Having wisdom teeth removed can be a rite of passage in the teen or young adult years. But a new study has found that children who get shots of anesthetic for dental work may not grow lower wisdom teeth. More from NBC News:
The findings, published in The Journal of the American Dental Association, suggest it might be possible to deliberately prevent the development of the often-troublesome teeth, the team at Tufts University School of Dental Medicine said.
"It is intriguing to think that something as routine as local anesthesia could stop wisdom teeth from developing," says Dr. Anthony Silvestri, who oversaw the study.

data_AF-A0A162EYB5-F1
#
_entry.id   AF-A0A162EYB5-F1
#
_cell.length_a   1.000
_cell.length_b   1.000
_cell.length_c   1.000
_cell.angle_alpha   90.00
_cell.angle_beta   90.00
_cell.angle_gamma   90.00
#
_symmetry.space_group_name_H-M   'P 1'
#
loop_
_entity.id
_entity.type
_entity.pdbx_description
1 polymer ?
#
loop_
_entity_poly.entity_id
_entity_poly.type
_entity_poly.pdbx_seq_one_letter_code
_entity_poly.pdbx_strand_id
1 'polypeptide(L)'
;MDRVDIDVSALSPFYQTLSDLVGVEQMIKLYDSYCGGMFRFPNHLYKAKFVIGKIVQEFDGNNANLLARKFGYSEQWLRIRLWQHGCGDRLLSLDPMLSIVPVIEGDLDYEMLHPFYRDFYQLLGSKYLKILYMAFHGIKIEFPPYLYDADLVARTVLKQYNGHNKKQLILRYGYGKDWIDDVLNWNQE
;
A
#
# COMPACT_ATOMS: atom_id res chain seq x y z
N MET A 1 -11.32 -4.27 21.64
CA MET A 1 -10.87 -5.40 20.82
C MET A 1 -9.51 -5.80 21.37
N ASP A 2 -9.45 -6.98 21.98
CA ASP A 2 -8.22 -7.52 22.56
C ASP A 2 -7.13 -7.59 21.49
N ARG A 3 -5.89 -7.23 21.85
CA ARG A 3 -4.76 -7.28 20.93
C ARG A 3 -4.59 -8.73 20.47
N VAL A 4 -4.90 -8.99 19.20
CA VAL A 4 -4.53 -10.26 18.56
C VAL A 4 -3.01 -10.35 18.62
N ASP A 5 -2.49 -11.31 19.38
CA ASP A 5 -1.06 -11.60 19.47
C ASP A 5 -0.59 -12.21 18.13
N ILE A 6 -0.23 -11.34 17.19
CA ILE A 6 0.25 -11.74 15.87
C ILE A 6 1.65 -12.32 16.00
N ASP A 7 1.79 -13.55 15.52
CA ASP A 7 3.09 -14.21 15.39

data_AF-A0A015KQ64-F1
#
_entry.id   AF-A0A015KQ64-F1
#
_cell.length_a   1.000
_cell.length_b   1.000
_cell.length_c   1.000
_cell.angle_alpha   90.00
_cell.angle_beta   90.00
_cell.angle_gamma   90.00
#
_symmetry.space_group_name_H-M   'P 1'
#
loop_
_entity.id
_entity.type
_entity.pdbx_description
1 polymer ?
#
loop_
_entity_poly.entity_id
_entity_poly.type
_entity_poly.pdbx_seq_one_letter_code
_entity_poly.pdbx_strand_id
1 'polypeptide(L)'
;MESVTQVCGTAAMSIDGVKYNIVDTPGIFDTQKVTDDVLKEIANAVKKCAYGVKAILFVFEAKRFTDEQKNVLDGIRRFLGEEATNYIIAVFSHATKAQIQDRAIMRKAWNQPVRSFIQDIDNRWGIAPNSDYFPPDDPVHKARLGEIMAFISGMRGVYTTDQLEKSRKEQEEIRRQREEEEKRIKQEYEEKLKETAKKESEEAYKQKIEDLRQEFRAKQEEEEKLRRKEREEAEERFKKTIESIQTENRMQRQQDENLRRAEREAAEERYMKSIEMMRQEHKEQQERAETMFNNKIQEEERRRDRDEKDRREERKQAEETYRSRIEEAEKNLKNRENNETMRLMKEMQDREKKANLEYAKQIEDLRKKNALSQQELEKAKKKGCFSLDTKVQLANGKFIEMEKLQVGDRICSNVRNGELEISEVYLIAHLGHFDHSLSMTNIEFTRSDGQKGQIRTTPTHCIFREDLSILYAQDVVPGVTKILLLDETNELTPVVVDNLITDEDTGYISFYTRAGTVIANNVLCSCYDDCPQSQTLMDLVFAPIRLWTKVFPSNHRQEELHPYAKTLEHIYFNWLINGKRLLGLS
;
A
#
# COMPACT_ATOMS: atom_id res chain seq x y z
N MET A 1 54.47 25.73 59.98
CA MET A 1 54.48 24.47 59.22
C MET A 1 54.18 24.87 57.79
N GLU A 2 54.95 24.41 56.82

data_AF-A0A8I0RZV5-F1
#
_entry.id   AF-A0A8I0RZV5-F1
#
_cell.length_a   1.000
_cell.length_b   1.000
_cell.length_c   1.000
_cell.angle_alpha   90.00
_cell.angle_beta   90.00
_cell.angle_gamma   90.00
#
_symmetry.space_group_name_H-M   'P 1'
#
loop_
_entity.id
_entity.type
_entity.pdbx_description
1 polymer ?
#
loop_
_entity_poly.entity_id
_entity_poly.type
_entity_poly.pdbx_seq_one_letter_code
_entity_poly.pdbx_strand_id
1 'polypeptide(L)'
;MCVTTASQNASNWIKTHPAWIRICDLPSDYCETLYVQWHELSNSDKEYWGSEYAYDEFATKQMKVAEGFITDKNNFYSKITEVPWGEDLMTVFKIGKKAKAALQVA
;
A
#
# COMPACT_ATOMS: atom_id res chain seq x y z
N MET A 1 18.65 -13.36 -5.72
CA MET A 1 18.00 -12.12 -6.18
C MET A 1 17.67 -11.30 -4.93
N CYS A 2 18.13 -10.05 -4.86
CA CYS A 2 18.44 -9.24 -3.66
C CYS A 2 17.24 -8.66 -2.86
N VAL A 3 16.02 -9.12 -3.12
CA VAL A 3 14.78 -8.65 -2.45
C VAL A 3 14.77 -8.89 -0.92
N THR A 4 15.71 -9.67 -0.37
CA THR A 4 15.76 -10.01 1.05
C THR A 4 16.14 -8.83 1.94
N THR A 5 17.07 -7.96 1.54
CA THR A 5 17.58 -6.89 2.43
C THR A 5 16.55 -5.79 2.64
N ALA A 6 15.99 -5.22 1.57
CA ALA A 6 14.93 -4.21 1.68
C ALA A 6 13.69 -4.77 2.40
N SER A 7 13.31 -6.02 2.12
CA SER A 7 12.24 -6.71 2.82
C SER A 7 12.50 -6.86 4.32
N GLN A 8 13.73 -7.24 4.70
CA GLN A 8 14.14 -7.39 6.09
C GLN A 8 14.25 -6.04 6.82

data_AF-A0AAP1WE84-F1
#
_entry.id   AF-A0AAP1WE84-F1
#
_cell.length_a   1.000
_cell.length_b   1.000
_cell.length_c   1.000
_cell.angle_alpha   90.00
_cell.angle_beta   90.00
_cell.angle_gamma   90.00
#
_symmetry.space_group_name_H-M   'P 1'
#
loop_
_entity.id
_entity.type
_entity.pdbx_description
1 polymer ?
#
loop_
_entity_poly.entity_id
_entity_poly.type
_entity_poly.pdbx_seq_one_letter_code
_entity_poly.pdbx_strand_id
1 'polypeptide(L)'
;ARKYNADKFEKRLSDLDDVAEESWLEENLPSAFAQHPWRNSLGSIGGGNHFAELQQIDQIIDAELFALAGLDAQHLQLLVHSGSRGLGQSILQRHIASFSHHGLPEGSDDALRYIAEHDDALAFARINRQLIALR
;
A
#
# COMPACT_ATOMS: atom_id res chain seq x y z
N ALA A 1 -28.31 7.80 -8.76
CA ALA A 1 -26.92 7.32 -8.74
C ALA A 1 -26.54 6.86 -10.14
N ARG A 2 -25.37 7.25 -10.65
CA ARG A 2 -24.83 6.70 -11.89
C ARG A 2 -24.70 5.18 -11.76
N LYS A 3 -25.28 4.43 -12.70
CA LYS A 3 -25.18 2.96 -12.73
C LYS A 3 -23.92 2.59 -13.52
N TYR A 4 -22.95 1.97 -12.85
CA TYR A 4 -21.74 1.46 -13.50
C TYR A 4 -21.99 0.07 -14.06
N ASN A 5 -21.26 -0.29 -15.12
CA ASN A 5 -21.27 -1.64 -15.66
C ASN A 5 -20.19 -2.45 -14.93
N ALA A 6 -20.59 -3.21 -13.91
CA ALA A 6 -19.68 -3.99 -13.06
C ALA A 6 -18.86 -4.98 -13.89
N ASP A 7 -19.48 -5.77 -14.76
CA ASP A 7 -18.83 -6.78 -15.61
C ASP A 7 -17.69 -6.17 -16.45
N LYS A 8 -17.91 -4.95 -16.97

The team just looked at children being treated at Tufts, and they only have a few hundred records, so the findings would have to be repeated in a larger group of children to be sure. But they suggest it might be possible to apply an already widely used medication to prevent the development of a common tooth problem.
As many as 5 million Americans get their wisdom teeth pulled every year. Medically known as third molars, these very back teeth usually emerge in the late teens or early 20s and they can sometimes cause trouble, pushing against other teeth. They are also difficult to clean and can become decayed.
Image: Child at dentist, via Shutterstock